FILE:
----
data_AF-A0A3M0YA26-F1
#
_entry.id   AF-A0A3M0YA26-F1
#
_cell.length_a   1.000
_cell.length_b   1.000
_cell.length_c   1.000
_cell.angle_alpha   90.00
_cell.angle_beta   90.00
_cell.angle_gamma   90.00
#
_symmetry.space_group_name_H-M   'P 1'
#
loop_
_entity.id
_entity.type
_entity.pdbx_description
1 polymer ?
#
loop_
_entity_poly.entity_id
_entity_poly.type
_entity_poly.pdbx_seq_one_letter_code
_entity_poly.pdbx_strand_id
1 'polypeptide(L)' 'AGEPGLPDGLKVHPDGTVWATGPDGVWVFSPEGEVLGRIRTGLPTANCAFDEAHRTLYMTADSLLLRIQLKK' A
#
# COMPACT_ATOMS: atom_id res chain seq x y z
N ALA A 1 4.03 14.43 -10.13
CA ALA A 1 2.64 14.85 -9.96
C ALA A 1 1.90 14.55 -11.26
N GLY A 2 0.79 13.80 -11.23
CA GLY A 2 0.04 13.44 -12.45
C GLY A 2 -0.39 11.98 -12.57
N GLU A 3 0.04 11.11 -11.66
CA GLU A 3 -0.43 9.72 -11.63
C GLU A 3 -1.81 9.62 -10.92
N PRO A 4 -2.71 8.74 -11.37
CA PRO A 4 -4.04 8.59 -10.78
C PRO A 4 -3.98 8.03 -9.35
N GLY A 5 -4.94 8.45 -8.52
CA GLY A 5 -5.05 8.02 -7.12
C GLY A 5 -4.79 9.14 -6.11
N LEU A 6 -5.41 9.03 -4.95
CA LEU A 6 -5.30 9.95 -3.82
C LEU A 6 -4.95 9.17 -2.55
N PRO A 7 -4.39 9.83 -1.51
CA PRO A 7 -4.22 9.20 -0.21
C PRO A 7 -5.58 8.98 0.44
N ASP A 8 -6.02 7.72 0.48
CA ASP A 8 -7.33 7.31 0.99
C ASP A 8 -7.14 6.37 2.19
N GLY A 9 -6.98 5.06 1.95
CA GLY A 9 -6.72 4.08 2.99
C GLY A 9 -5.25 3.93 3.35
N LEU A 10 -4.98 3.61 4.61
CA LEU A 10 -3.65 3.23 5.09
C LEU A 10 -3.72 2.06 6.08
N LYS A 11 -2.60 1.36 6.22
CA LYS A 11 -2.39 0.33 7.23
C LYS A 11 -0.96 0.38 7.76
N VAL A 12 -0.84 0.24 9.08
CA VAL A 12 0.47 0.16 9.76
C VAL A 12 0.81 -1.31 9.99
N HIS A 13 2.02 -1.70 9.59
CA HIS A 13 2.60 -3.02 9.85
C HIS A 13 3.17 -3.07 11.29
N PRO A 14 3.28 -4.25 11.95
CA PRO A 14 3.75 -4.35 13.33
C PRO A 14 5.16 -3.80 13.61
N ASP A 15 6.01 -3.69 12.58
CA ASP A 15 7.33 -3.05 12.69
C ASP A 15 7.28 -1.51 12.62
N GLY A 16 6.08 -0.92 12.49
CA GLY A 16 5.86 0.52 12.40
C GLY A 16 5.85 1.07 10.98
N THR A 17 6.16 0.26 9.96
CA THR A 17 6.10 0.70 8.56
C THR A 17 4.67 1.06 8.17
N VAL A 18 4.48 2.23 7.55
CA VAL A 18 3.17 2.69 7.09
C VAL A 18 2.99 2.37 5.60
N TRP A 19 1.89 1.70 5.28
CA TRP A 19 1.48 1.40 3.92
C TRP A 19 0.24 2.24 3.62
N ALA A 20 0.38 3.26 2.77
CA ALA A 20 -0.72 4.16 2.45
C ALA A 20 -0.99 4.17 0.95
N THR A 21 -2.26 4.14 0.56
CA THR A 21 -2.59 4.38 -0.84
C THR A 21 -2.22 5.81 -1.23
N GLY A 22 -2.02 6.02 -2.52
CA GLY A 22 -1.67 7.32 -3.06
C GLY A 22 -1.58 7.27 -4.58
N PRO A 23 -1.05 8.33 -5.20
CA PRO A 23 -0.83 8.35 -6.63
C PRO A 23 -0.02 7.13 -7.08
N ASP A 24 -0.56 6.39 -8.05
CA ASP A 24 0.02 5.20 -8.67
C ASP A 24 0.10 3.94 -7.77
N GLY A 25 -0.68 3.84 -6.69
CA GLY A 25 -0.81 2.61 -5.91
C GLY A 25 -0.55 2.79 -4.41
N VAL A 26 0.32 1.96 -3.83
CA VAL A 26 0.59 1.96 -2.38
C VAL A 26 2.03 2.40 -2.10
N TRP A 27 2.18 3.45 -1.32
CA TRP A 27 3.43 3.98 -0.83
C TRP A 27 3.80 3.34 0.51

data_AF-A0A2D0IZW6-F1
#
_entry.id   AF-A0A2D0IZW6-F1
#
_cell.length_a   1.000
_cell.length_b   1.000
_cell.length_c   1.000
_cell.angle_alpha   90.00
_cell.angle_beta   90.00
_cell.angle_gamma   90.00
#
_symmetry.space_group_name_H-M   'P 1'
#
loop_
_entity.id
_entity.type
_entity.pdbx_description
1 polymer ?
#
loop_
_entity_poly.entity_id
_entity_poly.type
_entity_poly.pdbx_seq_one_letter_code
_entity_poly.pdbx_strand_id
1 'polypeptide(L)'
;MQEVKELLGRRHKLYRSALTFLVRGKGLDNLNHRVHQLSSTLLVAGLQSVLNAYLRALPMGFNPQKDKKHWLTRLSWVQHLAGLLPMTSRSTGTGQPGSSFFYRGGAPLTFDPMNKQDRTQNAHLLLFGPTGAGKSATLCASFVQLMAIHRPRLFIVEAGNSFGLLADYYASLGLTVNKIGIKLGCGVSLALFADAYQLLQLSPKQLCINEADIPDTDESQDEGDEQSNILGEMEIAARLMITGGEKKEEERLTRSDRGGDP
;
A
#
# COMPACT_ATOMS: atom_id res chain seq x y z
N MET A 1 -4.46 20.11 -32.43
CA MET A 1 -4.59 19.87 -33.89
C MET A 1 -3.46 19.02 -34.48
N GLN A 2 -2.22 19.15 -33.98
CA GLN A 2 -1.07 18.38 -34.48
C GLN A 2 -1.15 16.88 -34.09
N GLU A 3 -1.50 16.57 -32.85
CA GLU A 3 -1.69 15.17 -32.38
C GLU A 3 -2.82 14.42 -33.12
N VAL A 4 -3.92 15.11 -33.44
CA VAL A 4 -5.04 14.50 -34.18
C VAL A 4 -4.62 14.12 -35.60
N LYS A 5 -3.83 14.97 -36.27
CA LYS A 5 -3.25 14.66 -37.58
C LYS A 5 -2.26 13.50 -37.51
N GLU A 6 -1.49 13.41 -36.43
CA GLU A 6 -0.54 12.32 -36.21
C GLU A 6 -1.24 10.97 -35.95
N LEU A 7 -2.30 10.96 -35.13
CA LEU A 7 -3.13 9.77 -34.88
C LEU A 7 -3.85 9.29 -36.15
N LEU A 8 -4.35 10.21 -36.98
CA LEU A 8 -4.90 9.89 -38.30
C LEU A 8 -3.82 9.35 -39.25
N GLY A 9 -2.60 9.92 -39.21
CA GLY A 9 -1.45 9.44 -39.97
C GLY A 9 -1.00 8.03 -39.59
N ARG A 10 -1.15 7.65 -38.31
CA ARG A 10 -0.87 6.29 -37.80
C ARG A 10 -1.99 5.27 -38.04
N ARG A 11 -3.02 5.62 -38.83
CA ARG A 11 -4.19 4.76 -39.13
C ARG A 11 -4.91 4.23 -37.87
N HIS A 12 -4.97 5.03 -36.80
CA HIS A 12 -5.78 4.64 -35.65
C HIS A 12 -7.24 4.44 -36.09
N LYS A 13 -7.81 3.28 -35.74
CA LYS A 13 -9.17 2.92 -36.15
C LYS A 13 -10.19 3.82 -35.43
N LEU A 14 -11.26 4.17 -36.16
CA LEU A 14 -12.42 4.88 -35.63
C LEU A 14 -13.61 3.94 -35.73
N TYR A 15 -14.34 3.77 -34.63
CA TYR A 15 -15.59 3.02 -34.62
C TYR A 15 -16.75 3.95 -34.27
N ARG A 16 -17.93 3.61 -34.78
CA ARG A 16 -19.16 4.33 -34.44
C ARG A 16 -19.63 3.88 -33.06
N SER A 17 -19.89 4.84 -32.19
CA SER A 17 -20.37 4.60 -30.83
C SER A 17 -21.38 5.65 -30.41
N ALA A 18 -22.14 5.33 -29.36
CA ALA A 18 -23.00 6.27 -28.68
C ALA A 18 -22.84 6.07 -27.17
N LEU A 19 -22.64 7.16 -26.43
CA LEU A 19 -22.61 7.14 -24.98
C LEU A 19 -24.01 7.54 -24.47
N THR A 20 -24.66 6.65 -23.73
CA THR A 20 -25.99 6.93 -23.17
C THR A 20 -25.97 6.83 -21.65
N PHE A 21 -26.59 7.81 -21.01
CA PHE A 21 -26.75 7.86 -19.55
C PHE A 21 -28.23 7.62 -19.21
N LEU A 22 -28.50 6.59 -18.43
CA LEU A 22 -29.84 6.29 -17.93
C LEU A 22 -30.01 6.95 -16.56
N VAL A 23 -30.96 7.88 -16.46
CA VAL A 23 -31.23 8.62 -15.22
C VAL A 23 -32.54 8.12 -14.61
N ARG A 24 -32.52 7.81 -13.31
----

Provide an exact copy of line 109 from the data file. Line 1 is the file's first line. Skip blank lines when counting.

data_AF-A0A2D0IZW6-F1